Endigar 687 ~ Forging Forgiveness

A few weeks ago, my counselor suggested I consider and blog about forgiveness. Implied by the context of our session, this should especially include self-forgiveness. This entry is my attempt to fulfill that tasking and I hope you will find my musings helpful.

The Big Book says resentment is the number one offender for the alcoholic, and that it is a deadly hazard and that dealing with resentment is infinitely grave because it runs counter to the power of our spiritual experience. I gathered these thoughts from pages 64, 66, and 117 in Alcoholics Anonymous. I think everyone maintains an internal courtroom with open cases of those who have offended us.  This is the Courtroom of Resentments. Victim’s cards are printed and issued liberally. The docket is focused on hearing cases over and over, sometimes improving the arguments made but never providing any kind of resolution. Painful memories are rehearsed and wounds are re-opened. The primary fear that keeps the complainants locked in this limbo is the fear that they will forget what has been done and therefor fall prey once more to the same person or to a similar situation. This self-torture of reinforced distrust works to cut one off from possible help. More work is spent building walls than accepting risky connections. Those who opt to hold their place in this state of unforgiving resentment become intimately acquainted with  powerlessness and unmanageability in their lives.

The 4th Step of Alcoholics Anonymous presents a way to escape this loop of traumatizing vigilance. We must change the way we look at resentments and find our part in the event or interaction. We use the resentment to find the point where we surrendered our power to an outside entity. We seek to change that aspect about ourselves so that we retain possession and responsibility for our lives. The 10th Step helps to reinforce this as a habit.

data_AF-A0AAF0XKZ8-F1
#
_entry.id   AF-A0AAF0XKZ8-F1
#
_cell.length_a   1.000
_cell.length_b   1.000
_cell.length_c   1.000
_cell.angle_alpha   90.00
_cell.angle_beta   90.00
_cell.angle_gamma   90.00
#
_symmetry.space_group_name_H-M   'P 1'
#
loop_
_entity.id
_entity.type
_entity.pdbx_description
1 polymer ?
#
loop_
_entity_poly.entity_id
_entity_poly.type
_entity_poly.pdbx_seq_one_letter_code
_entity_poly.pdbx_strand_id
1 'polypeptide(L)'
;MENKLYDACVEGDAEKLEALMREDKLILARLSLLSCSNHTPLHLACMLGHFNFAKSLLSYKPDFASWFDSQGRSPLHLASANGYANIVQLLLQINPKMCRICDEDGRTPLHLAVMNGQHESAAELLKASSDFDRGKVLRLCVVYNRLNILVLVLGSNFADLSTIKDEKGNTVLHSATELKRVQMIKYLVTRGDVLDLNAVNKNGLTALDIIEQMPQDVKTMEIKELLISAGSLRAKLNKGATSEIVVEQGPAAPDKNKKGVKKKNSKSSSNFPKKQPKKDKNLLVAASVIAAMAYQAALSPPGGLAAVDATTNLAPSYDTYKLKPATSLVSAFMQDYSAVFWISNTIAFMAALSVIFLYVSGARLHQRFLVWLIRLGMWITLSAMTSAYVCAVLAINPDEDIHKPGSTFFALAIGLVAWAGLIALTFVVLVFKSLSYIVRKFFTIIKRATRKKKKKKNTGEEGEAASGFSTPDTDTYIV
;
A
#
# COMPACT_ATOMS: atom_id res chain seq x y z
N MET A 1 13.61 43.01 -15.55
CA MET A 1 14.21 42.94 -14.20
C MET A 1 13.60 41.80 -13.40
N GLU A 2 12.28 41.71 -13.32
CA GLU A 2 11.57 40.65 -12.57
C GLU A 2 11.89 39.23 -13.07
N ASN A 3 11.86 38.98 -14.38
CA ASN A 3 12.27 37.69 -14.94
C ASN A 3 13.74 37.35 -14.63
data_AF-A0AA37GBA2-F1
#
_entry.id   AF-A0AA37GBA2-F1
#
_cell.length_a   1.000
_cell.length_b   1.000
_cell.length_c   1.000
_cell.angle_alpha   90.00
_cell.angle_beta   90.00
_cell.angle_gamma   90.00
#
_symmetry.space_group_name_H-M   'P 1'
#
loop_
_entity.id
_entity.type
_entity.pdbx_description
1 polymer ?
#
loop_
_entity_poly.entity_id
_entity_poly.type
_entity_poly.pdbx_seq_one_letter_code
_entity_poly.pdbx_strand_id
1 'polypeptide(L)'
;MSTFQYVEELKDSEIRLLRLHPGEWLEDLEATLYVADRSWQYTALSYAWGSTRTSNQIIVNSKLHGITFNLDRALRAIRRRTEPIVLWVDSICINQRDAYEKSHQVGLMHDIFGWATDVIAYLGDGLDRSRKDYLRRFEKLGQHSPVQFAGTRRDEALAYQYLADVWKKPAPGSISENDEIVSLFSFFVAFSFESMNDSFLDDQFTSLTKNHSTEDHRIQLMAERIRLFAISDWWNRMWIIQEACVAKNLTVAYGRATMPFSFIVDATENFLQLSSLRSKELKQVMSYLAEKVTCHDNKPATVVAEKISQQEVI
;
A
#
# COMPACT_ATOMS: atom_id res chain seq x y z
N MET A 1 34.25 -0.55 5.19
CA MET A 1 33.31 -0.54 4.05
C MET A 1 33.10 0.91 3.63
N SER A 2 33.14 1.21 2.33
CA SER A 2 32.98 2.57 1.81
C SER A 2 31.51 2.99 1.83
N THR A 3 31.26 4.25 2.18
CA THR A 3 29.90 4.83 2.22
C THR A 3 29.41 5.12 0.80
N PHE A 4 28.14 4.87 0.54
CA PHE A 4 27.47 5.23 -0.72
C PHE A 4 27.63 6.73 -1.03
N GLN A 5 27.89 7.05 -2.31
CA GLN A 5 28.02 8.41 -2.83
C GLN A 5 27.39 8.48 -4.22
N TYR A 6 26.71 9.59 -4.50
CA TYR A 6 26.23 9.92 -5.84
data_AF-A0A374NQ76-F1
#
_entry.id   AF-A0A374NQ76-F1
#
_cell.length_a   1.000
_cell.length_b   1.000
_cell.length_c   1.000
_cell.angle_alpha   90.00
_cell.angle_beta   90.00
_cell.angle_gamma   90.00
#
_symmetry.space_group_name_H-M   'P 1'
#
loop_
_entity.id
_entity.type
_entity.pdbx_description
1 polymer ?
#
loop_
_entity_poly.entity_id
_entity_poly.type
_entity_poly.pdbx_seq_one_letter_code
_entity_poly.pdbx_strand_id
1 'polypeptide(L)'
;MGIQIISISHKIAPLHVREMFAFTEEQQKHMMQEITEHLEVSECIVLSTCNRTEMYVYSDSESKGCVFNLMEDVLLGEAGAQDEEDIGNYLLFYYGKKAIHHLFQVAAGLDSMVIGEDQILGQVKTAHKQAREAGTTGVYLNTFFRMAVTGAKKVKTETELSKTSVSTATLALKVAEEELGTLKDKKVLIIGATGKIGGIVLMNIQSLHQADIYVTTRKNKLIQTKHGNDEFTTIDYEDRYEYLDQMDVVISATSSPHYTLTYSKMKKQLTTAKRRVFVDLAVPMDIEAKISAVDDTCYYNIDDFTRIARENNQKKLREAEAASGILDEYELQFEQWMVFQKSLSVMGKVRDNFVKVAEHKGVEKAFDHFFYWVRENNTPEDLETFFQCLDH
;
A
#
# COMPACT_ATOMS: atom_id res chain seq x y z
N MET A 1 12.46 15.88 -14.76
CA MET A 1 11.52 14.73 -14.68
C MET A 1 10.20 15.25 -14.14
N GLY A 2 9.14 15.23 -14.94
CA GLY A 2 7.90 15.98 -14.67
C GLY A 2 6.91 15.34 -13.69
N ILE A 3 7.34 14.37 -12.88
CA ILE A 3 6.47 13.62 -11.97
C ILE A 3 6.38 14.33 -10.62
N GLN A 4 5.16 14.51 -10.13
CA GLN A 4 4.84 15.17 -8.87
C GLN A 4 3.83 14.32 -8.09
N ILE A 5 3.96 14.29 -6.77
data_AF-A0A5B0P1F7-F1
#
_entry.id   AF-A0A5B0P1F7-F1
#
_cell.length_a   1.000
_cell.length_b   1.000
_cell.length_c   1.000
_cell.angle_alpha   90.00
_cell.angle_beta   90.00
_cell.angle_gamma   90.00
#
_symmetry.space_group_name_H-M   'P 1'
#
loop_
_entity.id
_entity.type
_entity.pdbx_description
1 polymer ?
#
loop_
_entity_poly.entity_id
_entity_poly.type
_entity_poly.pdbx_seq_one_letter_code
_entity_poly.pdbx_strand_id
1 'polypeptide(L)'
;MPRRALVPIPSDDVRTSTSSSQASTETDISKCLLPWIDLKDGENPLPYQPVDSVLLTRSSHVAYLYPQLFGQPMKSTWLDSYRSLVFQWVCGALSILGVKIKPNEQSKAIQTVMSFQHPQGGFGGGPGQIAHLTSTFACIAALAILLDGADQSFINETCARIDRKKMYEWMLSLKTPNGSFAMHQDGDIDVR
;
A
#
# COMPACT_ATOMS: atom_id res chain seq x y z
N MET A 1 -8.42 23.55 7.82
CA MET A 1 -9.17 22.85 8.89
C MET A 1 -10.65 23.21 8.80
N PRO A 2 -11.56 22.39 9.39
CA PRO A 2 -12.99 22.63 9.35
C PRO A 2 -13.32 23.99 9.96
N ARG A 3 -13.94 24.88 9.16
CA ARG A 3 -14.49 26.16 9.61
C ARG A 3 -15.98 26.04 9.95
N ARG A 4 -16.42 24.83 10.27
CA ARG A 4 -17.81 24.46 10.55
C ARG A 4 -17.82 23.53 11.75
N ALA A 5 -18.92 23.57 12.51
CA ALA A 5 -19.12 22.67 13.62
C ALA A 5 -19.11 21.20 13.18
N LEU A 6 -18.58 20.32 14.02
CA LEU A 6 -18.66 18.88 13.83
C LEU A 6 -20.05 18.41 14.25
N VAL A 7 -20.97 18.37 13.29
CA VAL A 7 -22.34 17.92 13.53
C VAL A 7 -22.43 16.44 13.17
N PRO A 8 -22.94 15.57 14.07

Once I know what MY PART is I no longer need the memory of what was done to me. The knowledge of my part allows me to transform into someone who does not invite or is not sensitive to offense. This takes overcoming fear because change involves becoming vulnerable and taking risks to achieve self improvement. It is in the Crucible of Courage that a better life is forged.

If I am my own resentment, then I am also burdened with guilt and shame. I must connect with others to identify what is legitimate guilt and what is the paralyzing shame of unforgiveness toward myself. I may think that maintaining a memory of my wrong or my short-comings will cause me to never behave in the offending fashion again and will protect me from future criticism. My experience is that I will find others who will exploit this internal pain to manipulate me for their own purposes. I will return myself to situations that insure I will fail again and again as I try to rewrite history and become something I was never intended to be.

When I am actually guilty of hurting someone else or violating my own code of living, I identify it specifically and make amends where possible. I connect with my Higher Power to live in a way that will keep me from repeating that hurt or offense. That is all I can do, and I am not responsible for how others react to me. If they want to stay in the courtroom of resentment, I cannot pull them out. I must have enough survival-selfishness to desire a good life and to do the work to achieve that, even if it involves letting go of relationships or situations that keep me living in shame. Survival-selfishness keeps us coming back for help and isolating-selfishness kills us. I must not get the two confused. I need a healthy dose of survival-selfishness.

I do want to live an enjoyable, useful life. I want to be able to close the cases I have against me and depart from the courtroom of resentment. I want to work with the GOMU (God of my understanding) in Steps 6 and 7 to release my short-comings. A fish must relinquish the character defect of trying to climb trees or the transgression of running cross-country. The fish’s Higher Power would help it see that it was made for the water, and says to it, “To thy own fins be true.” If I remove traditional religious self-loathing from Steps 6 and 7, I will find that God wants to introduce me to me, maybe for the first time in my life. Then I will know a new freedom and a new happiness.

 

My Part

 

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